Big Data: Analytics Are Essential to Corporate Profits

Analytics are essential to corporate profits today.

(My past comments on this include a review of Competing on Analytics, a link to Thornton May's comments on analytics, and my own thoughts on the growing need for business analytics.)

McKinsey Quarterly has a series of articles starting off with, "Are You Ready for the Era of Big Data." That article is great getting-started piece. It's followed by Competing through Data: Three Experts Offer Their Game Plans, which has some real gems from Professor Erik Brynjolfsson of MIT:

Our research has found a shift from using intuition toward using data and analytics in making decisions. This change has been accompanied by measurable improvement in productivity and other performance measures. Specifically, a one-standard-deviation increase toward data and analytics was correlated with about a 5 to 6 percent improvement in productivity and a slightly larger increase in profitability in those same firms.

AnalyticsOK, I usually try not to throw out terms like standard deviation in this blog, but if you don't have a grasp of what this means, you are not ready to work in an organization that uses analytics. Which means, you are not ready to work in a corporation that will grow in the coming years. It wouldn't hurt to dust off that old college statistics textbook. If you didn't take statistics, head down to your local community college and get learning.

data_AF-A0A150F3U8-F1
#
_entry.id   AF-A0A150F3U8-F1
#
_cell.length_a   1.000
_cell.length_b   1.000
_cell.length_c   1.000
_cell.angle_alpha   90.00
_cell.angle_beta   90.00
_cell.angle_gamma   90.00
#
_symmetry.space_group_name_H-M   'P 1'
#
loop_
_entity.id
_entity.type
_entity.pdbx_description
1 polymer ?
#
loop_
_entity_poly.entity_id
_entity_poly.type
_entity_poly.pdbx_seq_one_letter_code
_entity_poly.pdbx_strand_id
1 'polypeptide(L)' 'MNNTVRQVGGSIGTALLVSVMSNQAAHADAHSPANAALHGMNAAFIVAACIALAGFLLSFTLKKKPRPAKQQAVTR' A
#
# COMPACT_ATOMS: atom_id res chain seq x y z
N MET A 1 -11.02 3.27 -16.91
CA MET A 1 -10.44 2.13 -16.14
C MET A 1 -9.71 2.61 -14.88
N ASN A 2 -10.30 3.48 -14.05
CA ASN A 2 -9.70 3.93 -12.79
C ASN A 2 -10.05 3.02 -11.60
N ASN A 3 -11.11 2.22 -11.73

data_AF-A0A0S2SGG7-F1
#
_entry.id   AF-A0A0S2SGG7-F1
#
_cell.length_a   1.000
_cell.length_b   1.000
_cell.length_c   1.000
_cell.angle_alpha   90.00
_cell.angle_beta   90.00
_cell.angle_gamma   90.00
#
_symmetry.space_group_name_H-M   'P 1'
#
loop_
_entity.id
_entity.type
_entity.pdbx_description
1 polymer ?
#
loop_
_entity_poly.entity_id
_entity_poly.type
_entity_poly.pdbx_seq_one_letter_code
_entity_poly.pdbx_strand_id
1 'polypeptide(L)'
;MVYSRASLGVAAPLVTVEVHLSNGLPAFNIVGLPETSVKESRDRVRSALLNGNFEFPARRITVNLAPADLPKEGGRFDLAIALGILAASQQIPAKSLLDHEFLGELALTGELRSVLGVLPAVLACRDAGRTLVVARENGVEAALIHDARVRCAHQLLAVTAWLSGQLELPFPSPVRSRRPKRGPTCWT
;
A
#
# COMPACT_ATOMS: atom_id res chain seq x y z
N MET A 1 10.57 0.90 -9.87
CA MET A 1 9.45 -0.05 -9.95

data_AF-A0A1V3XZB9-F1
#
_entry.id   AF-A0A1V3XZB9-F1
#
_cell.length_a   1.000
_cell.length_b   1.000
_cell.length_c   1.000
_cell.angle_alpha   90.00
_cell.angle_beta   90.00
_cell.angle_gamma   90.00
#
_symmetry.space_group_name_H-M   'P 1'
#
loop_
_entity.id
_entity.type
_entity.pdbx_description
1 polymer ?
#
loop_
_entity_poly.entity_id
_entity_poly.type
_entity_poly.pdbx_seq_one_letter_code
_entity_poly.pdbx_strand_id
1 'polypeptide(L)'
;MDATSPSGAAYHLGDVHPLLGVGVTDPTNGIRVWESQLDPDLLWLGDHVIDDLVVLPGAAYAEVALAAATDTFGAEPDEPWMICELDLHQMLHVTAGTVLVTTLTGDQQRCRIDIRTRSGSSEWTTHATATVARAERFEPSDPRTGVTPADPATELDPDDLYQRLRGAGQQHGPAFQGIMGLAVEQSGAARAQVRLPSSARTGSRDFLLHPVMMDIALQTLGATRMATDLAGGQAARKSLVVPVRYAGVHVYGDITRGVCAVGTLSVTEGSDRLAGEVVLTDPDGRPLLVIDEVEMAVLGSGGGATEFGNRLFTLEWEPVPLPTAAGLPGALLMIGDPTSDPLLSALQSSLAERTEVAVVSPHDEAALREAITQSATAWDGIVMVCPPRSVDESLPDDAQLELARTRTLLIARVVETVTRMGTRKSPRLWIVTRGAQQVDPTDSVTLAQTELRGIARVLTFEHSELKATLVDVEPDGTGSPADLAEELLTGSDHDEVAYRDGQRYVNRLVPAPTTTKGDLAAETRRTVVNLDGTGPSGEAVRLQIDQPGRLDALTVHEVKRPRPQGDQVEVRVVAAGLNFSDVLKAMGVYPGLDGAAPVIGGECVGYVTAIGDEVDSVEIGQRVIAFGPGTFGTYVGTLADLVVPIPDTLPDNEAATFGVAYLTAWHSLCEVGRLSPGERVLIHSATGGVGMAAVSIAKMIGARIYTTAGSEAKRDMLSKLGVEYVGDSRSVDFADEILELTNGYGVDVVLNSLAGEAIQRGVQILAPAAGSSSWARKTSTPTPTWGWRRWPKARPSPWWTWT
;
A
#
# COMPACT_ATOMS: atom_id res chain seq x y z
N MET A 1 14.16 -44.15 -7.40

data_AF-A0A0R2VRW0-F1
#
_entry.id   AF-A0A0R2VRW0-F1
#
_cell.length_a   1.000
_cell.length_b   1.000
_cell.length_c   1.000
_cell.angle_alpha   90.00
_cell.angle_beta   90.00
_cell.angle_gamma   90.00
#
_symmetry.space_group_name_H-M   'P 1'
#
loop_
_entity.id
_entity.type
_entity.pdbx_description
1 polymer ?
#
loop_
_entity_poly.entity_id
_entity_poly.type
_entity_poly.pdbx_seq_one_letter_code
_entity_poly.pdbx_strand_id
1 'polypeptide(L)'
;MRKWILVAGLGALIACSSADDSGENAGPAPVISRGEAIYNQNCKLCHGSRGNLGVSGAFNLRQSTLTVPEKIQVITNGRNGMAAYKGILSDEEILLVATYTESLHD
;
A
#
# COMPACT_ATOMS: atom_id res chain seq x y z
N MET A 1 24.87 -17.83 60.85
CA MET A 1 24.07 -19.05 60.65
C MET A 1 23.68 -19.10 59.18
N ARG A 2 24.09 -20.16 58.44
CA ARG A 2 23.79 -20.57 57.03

Here's another interesting comment:

A lot of companies think they’re using data, and you often see bar charts and pie charts and numbers in management presentations. But, historically, that kind of data was used more to confirm and support decisions that had already been made, rather than to learn new things and to discover the right answer. The cultural change is for managers to be willing to say, “You know, that’s an interesting problem, an interesting question. Let’s set up an experiment to discover the answer.”

I talk to a lot of CEOs and senior executives, and I believe I hear about 50 seat-of-the-pants decisions for every data-driven decision.